It will take a minute to realize that the season is over for the 2017 New Orleans Saints. But it bears remembering that they weren’t expected to do any of this.
Shock. Disbelief. Sadness. Over the next week or so, these feelings will subside and better feelings will emerge about the 2017 New Orleans Saints.
But right now, the emotion is raw. The pain of having a game won with 10 seconds on the clock, but then losing the game, is a dagger through the heart.
Today there is a lot of finger pointing. Most fingers will be pointed at rookie Marcus Williams and the blown tackle. Rather than simply wrapping Minnesota Vikings’ receiver Stephone Diggs up and tackling him conventionally, Williams went low and basically missed Diggs altogether. In the process, Williams also took out Ken Crawley, the only other player with any reasonable shot at stopping Diggs from scoring. Diggs ran down the sideline for a touchdown when all they needed was a field goal.
It is absolutely a rookie mistake on the part of Williams. He has to know that the tackle is good enough. He has to understand the time on the clock. And he has to realize that while he was trying to avoid the penalty for pass interference, that penalty was better than the result we were dealt.
The blame game
Some of that is coaching situations better. But overall, it’s simply the excitement of being in such a huge situation. Even veteran players make errors in judgement. Think of Drew Brees’ pass last week in the fourth quarter against Carolina that nearly cost the Saints the game. All you can hope is that the moment isn’t critical. With the Brees error occurred, there was still time left for him to atone for it. Here, there was not.
And who here can speak to the speed at which this game is played? I’ve never played professional sports. I have had the pleasure of playing baseball with several MLB players, so I know the difference in ability there. But the split seconds that occur in games where you have to make sharp decisions I’d imagine can be mind boggling.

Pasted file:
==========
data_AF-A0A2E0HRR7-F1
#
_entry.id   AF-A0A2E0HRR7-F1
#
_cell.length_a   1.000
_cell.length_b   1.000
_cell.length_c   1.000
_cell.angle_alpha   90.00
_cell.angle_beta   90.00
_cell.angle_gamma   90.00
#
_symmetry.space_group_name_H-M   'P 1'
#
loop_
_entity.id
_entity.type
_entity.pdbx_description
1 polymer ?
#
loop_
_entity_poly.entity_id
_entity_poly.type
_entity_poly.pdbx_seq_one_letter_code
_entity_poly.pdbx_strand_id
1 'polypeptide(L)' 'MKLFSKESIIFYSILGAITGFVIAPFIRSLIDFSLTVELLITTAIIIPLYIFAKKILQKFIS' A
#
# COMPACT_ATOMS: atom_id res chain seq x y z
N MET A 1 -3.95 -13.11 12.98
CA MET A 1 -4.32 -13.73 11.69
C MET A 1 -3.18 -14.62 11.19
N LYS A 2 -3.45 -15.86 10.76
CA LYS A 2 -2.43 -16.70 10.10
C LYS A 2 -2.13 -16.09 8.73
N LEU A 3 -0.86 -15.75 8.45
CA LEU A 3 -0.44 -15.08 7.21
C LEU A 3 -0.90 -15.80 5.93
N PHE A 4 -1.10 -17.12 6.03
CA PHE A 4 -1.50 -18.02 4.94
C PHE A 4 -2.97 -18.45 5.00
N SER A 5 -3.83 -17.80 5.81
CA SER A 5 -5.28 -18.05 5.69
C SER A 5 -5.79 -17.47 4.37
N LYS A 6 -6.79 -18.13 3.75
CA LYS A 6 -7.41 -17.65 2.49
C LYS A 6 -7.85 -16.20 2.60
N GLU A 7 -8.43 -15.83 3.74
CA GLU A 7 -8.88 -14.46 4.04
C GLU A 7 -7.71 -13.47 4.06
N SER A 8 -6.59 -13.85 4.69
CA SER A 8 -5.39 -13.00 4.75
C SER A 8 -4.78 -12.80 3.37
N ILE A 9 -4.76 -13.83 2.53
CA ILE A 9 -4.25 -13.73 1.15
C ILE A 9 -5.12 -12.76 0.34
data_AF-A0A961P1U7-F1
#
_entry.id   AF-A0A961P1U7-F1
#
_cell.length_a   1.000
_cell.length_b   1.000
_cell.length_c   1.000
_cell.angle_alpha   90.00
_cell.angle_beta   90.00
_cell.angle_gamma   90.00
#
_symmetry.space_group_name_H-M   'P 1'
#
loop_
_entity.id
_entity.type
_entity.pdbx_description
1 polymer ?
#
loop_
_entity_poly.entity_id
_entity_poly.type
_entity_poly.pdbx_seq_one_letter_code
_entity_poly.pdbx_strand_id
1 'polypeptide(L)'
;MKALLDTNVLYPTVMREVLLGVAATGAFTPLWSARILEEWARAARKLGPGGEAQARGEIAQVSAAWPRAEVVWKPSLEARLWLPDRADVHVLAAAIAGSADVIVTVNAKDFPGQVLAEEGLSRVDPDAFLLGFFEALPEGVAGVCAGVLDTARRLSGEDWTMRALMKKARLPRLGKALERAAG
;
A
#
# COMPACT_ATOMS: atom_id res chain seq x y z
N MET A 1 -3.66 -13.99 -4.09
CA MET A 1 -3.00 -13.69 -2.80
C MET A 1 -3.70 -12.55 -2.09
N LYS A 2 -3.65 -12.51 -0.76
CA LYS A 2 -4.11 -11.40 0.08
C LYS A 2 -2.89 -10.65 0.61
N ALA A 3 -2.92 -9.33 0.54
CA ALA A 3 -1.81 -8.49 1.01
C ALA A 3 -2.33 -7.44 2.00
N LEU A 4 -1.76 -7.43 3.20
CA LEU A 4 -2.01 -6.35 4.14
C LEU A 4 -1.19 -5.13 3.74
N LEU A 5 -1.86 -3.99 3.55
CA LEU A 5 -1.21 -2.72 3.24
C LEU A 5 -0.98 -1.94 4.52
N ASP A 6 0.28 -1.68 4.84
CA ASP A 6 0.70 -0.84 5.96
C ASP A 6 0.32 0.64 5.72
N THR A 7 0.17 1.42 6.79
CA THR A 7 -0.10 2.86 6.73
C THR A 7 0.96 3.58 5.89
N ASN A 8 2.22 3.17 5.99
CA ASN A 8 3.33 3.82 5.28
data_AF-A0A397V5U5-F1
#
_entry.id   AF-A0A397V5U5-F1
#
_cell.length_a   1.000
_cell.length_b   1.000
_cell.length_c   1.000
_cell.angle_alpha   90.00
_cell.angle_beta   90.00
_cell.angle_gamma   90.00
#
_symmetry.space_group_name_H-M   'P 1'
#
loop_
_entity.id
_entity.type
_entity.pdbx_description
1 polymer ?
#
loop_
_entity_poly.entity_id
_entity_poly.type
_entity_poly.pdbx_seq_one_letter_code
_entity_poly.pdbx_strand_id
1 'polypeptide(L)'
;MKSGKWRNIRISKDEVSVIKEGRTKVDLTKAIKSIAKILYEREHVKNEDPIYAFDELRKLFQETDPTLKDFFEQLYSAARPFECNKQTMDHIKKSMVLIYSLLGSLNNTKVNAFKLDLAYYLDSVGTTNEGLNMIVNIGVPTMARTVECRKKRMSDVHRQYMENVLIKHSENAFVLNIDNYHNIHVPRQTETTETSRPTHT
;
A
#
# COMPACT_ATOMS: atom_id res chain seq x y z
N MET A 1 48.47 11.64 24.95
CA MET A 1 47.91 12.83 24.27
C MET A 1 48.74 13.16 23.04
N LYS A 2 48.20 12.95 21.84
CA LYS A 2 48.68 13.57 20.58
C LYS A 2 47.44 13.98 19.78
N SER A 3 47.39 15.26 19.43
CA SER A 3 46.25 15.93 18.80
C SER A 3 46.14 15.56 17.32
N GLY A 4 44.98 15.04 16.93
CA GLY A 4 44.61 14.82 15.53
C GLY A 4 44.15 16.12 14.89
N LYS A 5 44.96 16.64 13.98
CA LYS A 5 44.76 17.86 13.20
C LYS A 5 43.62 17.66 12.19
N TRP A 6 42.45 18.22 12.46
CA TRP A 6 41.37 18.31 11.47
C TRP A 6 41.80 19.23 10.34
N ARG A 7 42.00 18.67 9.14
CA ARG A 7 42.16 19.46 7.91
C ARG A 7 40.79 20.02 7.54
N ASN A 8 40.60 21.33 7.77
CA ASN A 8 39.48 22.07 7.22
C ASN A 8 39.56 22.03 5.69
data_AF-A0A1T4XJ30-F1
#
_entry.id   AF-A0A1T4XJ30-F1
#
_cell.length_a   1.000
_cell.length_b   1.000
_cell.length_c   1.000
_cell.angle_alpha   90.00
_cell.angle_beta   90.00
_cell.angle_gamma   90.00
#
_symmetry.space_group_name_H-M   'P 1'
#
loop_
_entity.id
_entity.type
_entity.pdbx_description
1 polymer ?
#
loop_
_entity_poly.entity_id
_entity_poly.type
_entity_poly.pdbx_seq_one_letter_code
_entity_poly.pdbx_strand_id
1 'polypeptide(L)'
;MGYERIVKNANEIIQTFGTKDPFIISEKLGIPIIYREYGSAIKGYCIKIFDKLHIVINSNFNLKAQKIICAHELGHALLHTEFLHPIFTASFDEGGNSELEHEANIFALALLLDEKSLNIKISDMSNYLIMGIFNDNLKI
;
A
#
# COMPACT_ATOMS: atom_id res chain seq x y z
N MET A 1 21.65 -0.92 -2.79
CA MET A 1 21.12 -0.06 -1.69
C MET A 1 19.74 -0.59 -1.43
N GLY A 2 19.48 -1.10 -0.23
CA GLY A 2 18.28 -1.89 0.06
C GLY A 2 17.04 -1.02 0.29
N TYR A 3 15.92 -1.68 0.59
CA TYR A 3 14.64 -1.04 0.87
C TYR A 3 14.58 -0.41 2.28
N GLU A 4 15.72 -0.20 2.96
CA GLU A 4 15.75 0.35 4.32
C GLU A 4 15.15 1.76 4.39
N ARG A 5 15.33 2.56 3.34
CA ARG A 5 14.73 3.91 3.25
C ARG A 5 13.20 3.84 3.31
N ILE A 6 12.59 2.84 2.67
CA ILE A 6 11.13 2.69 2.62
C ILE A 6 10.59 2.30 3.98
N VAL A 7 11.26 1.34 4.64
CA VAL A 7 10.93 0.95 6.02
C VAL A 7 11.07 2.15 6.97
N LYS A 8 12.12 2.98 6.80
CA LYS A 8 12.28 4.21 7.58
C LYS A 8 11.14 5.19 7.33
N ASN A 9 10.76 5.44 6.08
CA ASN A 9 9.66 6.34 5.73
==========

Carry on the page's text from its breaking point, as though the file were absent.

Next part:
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It was not Williams’ best effort. At 21 years old, we all made some errors. I’m certain several things were going on in his head. But I’d venture a strong guess that keeping the play from getting behind him was the number one thing on his mind.
Often times in games where the teams are fairly even and the match is close, it comes down to who makes the critical error. It’s tough here, because Williams seems the goat for this loss. But anyone who’s played sports before knows that there are many other moments that create losses.
The Saints gave up the ball twice to Minnesota on turnovers. Brees underthrew a pass intended for Ginn and that interception led to a Minnesota TD. There were several penalties, maybe a bit severe, that cost the Saints almost a football field of yardage in the first half. Going down by 17 and being scoreless at the half also contributed to the loss.
Changing the focus
Instead of focusing on the tackle whiff, we can focus on the positive. A determined Saints team came together, offense and defense, and took a second half stand against the Vikings. They held them scoreless until the fourth quarter, while scoring on five of their six second half possessions. They scored on the possession following their own takeaway, by the same Marcus Williams many want to call out now.
The fact of the matter is the Saints came back and took the lead, twice, in the fourth quarter and made the game exciting. They gave it all they had and left it on the field. Nothing else can be asked of them.
Yes, we are heartbroken. It’s easy to feel this way and try to point fingers at one person or incident that cost the Saints the game. And, yes, when games are close, one play may be the difference. But here, it would be unfair and short-sighted to play the blame game. Win as a team, lose as a team. The 2017 New Orleans Saints went down swinging.